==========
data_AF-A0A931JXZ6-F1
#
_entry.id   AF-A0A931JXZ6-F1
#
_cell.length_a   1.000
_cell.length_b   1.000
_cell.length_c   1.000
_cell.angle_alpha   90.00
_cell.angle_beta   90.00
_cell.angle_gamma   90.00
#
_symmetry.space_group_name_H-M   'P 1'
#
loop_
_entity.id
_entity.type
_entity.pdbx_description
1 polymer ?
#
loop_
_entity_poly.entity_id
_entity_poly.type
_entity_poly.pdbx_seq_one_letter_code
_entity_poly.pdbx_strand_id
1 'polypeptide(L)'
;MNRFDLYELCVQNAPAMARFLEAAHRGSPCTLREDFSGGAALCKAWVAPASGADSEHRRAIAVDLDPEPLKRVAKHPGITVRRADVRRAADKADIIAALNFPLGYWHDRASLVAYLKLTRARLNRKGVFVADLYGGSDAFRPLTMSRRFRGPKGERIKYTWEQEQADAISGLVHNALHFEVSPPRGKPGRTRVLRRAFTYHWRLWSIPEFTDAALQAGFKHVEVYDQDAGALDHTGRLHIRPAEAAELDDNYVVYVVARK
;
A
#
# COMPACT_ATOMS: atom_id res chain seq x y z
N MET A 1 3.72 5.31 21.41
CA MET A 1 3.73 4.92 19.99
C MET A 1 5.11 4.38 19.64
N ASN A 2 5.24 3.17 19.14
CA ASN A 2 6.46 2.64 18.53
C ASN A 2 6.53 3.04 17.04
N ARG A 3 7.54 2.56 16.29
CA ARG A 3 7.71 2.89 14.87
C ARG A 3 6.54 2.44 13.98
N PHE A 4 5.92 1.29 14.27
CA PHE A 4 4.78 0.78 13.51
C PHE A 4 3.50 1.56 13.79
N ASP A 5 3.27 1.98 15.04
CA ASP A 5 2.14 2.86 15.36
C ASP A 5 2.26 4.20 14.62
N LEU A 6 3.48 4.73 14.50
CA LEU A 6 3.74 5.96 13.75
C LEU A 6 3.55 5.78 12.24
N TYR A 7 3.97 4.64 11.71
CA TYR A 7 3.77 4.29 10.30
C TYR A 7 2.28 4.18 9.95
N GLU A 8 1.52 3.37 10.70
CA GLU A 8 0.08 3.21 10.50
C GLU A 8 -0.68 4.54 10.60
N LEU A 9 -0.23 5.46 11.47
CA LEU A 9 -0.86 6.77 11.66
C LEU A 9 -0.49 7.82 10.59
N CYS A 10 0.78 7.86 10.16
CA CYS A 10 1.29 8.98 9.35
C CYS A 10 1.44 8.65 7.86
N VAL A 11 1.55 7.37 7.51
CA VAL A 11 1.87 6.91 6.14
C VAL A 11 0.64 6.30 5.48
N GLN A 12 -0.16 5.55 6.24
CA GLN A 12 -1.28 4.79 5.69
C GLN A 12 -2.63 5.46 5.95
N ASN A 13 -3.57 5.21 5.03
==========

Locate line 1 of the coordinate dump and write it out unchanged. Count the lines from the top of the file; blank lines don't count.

data_AF-A0A931JXZ6-F1